Charles Richard Patterson was born into slavery in April of 1833 in Virginia. In 1861 he settled in Greenfield, Ohio to escape slavery and start anew. He used his blacksmith skills to gain employment at a carriage building company.
In 1873 he took the skills he gained from working at a carriage-building company to partner with another Greenfield-based carriage building business, J.P. Lowe. Patterson and Lowe create top of the line carriages for over twenty years until Patterson decide to buy Lowe’s out and turn their carriage company into a family business.
Patterson revamped the business and named it C.R. Patterson & Sons. Their company produced amazing carriages but had to switch gears as automobiles began to dominate the transportation industry.
Charles Patterson passed away in 1910 leaving the thriving business to his son who quickly transformed the business to accommodate to changing market. Their first car hit the market in 1915 and sold for $850. Although the cars were comparable, it is rumored that Patterson’s cars were actually better than the Ford Model T.
Patterson produced and sold over 150 but due to the company’s small size they could no longer afford to compete in the market and switch gear to start producing utility vehicles. Although they did well in this new market the Great Depression negatively affected a lot of businesses including Patterson-Greenfield Automobile (C.R. Patterson & Sons).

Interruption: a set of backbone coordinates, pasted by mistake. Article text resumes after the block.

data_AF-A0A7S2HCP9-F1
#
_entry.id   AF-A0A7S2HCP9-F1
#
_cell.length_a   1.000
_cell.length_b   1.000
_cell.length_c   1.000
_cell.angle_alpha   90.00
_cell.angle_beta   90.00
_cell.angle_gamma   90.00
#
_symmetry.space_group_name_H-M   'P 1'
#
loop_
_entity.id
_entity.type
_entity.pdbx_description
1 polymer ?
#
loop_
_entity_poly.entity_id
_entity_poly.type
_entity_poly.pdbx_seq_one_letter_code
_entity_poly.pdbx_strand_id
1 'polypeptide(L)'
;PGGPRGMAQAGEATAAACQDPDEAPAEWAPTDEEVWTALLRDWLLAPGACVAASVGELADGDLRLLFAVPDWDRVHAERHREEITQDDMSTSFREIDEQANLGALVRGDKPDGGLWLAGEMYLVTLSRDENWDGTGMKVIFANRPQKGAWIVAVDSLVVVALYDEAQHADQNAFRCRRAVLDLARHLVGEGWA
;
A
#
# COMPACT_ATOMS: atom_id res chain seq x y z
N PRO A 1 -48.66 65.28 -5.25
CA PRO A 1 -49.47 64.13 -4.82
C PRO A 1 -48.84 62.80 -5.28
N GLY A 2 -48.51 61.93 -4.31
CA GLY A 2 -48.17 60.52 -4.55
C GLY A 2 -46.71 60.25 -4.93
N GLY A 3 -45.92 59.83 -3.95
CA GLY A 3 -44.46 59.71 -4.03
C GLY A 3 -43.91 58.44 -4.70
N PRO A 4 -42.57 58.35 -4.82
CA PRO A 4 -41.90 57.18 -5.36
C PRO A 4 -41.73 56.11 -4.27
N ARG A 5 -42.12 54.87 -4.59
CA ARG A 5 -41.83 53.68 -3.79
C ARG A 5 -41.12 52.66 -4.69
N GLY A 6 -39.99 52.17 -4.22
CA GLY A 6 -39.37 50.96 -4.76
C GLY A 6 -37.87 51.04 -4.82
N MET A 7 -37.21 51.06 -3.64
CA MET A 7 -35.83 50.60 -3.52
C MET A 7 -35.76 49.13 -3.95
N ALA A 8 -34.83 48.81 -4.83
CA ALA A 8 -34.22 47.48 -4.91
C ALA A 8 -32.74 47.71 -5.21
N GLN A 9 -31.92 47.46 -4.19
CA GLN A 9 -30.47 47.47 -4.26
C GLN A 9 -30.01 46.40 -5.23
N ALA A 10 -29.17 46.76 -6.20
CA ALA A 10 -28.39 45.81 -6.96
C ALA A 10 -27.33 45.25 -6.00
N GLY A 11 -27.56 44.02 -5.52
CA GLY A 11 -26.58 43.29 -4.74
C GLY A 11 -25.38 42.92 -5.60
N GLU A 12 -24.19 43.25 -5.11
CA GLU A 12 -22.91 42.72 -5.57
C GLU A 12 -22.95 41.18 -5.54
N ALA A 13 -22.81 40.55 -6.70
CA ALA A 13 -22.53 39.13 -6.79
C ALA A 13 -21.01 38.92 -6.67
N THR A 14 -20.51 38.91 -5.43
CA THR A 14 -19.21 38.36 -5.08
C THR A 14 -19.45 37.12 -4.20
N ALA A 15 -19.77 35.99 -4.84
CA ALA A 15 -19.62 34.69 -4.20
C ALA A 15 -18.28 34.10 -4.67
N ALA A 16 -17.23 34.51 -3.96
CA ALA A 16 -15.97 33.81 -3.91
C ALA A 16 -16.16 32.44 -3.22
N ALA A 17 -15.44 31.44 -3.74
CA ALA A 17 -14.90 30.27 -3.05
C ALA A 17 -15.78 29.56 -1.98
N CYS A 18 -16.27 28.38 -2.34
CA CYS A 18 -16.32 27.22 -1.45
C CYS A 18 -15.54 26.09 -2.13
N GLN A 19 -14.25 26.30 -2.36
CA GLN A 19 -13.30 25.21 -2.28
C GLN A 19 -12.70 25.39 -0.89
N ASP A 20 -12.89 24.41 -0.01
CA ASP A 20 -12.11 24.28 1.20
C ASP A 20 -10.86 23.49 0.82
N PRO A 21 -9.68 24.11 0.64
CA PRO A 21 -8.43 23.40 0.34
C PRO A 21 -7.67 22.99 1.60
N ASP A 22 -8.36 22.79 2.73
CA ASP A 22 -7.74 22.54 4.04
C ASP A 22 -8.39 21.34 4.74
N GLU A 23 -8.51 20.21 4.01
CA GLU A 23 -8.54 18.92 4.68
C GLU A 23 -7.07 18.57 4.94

After Frederick’s death in 1932 the company moved to Gallipolis, Ohio, changed the name to Gallia Body Company and eventually completely closed in 1939. The small company could not keep up with manufacturing capabilities of larger companies like Ford, Chrysler, and General Motors.
Did you know the story of the first and only black owned automobile company? Share this story, share our history. Maybe the second time around we’ll use our trillion dollar buying power to make sure the company sticks around for years to come!
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